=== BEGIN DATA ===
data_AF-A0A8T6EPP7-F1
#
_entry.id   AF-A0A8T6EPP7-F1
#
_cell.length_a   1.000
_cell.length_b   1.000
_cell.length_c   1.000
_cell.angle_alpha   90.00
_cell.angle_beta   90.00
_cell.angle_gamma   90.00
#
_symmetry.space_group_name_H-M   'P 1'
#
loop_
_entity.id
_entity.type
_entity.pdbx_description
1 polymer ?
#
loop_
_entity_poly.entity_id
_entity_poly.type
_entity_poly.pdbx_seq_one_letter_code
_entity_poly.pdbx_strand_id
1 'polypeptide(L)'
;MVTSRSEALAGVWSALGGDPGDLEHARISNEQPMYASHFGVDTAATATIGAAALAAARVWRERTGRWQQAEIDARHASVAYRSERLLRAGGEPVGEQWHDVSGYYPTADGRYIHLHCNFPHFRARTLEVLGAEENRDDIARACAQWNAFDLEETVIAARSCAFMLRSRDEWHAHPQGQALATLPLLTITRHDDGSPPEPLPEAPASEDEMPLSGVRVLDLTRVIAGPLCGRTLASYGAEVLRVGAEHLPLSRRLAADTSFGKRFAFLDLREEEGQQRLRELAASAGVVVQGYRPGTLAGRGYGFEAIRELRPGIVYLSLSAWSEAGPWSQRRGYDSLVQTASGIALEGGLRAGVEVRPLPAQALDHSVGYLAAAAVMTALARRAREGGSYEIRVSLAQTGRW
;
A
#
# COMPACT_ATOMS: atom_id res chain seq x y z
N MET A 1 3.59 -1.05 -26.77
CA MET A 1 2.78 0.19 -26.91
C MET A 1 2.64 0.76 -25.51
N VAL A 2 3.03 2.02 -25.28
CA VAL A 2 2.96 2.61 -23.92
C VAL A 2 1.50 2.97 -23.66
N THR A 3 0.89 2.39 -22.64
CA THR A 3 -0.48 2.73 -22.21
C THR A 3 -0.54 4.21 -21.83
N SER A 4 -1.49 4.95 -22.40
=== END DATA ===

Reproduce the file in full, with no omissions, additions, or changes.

data_AF-A0A8T6EPP7-F1
#
_entry.id   AF-A0A8T6EPP7-F1
#
_cell.length_a   1.000
_cell.length_b   1.000
_cell.length_c   1.000
_cell.angle_alpha   90.00
_cell.angle_beta   90.00
_cell.angle_gamma   90.00
#
_symmetry.space_group_name_H-M   'P 1'
#
loop_
_entity.id
_entity.type
_entity.pdbx_description
1 polymer ?
#
loop_
_entity_poly.entity_id
_entity_poly.type
_entity_poly.pdbx_seq_one_letter_code
_entity_poly.pdbx_strand_id
1 'polypeptide(L)'
;MVTSRSEALAGVWSALGGDPGDLEHARISNEQPMYASHFGVDTAATATIGAAALAAARVWRERTGRWQQAEIDARHASVAYRSERLLRAGGEPVGEQWHDVSGYYPTADGRYIHLHCNFPHFRARTLEVLGAEENRDDIARACAQWNAFDLEETVIAARSCAFMLRSRDEWHAHPQGQALATLPLLTITRHDDGSPPEPLPEAPASEDEMPLSGVRVLDLTRVIAGPLCGRTLASYGAEVLRVGAEHLPLSRRLAADTSFGKRFAFLDLREEEGQQRLRELAASAGVVVQGYRPGTLAGRGYGFEAIRELRPGIVYLSLSAWSEAGPWSQRRGYDSLVQTASGIALEGGLRAGVEVRPLPAQALDHSVGYLAAAAVMTALARRAREGGSYEIRVSLAQTGRW
;
A
#
# COMPACT_ATOMS: atom_id res chain seq x y z
N MET A 1 3.59 -1.05 -26.77
CA MET A 1 2.78 0.19 -26.91
C MET A 1 2.64 0.76 -25.51
N VAL A 2 3.03 2.02 -25.28
CA VAL A 2 2.96 2.61 -23.92
C VAL A 2 1.50 2.97 -23.66
N THR A 3 0.89 2.39 -22.64
CA THR A 3 -0.48 2.73 -22.21
C THR A 3 -0.54 4.21 -21.83
N SER A 4 -1.49 4.95 -22.40